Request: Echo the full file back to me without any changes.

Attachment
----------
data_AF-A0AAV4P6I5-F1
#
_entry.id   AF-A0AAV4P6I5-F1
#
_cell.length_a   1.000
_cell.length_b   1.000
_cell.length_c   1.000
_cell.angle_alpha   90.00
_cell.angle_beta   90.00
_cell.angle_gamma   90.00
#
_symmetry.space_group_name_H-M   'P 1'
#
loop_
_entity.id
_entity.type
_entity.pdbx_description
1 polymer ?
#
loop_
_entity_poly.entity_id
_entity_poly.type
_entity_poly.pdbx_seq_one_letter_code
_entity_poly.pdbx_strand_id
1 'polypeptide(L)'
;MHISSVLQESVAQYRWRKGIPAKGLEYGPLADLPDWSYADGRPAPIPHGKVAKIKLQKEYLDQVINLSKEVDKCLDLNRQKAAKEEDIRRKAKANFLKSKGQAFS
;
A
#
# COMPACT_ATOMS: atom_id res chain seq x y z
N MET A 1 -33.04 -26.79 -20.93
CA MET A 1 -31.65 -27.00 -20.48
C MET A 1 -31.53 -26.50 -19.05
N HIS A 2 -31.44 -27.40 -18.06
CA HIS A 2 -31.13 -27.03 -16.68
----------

data_AF-A0AAV4P6I5-F1
#
_entry.id   AF-A0AAV4P6I5-F1
#
_cell.length_a   1.000
_cell.length_b   1.000
_cell.length_c   1.000
_cell.angle_alpha   90.00
_cell.angle_beta   90.00
_cell.angle_gamma   90.00
#
_symmetry.space_group_name_H-M   'P 1'
#
loop_
_entity.id
_entity.type
_entity.pdbx_description
1 polymer ?
#
loop_
_entity_poly.entity_id
_entity_poly.type
_entity_poly.pdbx_seq_one_letter_code
_entity_poly.pdbx_strand_id
1 'polypeptide(L)'
;MHISSVLQESVAQYRWRKGIPAKGLEYGPLADLPDWSYADGRPAPIPHGKVAKIKLQKEYLDQVINLSKEVDKCLDLNRQKAAKEEDIRRKAKANFLKSKGQAFS
;
A
#
# COMPACT_ATOMS: atom_id res chain seq x y z
N MET A 1 -33.04 -26.79 -20.93
CA MET A 1 -31.65 -27.00 -20.48
C MET A 1 -31.53 -26.50 -19.05
N HIS A 2 -31.44 -27.40 -18.06
CA HIS A 2 -31.13 -27.03 -16.68